In this crazy life we’re living, it’s hard to believe we’ve been calling Kosovo home for more than a year (well, a little less than that for me due to my maternity med evac stint in the US) and that our time here will end next summer. And even though that is still a year away, it’s almost time to bid on our next assignment.
JR’s bidding process is probably different from State Department FSOs, so I can only speak to how it works for us. We will receive a list of available positions and their locations, along with the length of each tour. Most tours are four years. Some locations, such as Kosovo, are considered hardship posts and are two year tours. Finally, there are a few one year unaccompanied tours (UT), in locations that are considered too dangerous or unstable for your family to go with you.
We knew when we joined that JR would have to complete at least one UT during his career. It’s really tough to think about spending a year apart, and it’s even harder to try to figure out when it would be best to do this. Now, while Abigail is too little to remember him being gone? Or when she is older and could Skype with him and look forward to his visits home? Right now, we don’t feel ready to face a separation. If we’re forced to, of course we’ll deal with it, but don’t expect him to pull a Katniss this bidding cycle.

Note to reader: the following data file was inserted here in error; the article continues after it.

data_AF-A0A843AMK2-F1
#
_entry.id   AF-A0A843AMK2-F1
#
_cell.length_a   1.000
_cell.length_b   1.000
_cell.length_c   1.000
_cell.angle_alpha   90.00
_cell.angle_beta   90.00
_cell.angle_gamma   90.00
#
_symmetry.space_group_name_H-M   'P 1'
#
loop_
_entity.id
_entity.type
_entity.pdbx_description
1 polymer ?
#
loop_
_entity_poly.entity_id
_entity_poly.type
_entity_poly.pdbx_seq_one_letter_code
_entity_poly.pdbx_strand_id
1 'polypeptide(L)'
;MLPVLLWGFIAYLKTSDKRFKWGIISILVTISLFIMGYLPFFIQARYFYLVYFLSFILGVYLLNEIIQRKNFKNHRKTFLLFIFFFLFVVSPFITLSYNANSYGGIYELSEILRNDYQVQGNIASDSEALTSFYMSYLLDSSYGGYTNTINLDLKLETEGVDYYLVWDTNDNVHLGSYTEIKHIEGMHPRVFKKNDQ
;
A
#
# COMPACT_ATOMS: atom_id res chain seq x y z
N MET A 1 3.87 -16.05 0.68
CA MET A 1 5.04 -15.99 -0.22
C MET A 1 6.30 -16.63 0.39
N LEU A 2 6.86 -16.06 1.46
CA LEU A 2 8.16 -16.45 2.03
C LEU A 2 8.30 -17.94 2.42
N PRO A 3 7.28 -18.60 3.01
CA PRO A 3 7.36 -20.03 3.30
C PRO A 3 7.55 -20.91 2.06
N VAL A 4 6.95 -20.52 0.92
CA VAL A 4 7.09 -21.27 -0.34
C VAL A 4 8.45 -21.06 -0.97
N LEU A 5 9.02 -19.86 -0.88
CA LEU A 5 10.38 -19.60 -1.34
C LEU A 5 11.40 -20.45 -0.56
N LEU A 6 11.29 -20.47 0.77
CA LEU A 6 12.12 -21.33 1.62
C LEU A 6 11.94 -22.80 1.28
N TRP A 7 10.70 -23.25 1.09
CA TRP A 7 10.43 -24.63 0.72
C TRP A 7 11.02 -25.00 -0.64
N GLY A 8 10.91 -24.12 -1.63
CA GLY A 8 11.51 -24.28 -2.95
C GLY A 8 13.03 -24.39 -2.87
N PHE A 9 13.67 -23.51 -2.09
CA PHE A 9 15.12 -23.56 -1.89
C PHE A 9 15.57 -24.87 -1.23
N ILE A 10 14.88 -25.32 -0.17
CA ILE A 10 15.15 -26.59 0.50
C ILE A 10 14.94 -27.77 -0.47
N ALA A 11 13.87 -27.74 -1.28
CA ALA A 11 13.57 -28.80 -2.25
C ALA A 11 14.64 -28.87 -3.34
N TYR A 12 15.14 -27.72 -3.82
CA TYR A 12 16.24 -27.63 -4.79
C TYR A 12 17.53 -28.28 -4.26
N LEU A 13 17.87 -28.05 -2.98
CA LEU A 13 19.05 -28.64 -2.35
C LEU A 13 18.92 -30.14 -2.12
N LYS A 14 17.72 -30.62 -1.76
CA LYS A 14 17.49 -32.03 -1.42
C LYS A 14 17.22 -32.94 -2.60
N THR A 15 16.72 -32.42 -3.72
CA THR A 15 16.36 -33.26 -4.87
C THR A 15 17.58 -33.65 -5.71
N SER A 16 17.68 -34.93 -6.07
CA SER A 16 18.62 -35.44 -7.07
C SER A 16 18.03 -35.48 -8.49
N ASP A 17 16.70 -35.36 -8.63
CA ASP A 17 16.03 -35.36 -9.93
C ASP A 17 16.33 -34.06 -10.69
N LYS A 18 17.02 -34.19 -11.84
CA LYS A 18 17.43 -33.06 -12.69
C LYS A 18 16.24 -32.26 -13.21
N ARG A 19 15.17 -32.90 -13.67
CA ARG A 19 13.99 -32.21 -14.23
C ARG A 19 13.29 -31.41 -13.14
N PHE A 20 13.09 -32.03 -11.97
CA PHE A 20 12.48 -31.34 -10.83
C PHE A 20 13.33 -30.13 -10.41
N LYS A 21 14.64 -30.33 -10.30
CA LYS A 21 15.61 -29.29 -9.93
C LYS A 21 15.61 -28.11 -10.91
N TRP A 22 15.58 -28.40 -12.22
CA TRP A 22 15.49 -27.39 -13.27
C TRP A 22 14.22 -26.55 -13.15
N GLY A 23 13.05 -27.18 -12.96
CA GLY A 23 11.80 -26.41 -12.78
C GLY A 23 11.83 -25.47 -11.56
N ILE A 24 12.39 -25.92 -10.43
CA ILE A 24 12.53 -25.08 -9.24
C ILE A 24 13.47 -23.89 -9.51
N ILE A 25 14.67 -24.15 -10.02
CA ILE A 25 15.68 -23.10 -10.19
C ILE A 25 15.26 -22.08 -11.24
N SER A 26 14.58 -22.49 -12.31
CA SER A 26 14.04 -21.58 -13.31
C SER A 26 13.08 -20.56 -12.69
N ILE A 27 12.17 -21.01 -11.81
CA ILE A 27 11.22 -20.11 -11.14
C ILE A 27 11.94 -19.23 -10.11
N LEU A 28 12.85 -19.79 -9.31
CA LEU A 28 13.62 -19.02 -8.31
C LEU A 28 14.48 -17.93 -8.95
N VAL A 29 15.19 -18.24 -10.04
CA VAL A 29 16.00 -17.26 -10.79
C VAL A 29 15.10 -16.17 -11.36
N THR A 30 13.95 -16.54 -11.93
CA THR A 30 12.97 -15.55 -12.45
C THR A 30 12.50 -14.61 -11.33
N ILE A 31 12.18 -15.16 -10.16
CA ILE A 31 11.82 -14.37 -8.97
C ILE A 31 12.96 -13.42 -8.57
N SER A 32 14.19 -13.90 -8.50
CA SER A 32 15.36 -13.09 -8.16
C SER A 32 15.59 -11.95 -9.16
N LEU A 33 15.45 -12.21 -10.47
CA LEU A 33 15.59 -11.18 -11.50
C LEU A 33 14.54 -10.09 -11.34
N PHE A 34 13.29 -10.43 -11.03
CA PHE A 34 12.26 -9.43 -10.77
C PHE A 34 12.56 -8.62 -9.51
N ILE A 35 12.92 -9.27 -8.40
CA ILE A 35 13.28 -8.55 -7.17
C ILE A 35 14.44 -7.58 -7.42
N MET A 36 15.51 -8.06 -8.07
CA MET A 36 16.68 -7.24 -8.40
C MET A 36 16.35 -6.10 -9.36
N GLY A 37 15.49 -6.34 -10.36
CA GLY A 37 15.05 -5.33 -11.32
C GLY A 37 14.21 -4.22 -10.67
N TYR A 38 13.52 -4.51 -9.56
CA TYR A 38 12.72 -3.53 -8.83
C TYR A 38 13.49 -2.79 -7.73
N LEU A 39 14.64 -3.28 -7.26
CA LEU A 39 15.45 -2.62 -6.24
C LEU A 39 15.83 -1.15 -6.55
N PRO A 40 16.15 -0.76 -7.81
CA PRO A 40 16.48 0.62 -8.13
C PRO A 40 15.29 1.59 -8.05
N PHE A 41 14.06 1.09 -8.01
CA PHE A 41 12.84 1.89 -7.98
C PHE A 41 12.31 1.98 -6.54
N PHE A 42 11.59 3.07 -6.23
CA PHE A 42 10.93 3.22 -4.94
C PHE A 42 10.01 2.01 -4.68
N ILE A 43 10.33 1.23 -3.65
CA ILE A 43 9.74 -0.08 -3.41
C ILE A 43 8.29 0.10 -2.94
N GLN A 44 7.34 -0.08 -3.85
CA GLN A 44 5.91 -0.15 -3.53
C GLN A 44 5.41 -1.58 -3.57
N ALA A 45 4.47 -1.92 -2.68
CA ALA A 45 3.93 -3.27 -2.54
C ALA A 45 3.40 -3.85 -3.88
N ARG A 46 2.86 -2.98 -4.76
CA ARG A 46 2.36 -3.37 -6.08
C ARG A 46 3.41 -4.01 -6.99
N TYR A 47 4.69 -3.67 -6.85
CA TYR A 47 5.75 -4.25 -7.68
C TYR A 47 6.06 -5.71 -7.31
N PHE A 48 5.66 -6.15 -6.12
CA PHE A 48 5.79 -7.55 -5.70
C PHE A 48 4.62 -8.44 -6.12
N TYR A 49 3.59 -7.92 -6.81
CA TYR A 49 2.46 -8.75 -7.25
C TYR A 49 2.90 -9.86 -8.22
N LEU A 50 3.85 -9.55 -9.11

Currently, we’re in a weird waiting period because although we have some idea of what positions will be open, we really don’t know for sure. All we can do is think about what factors are most important to us, and what locations might be a good fit. And we also have to prepare ourselves to wind up somewhere unexpected and possibly undesirable. Try as I might, I’ve been unable to convince anyone that the Bahamas or France are developing countries in need of US support.
Our considerations for bidding this time around are a bit different than last time. We have Abby to consider, and if we end up at a 4 year post, she’ll be starting preschool there. So now we find ourselves researching preschool options all over the world. Two other major concerns are safety and medical – specifically with regard to malaria. Malaria is a serious threat in many of the countries that we may serve in, and we would need to consider the risks of having Abby take anti-malarial medication daily for several years. I’ve done a small amount of research on this already and we are very concerned about the possible long-term side effects.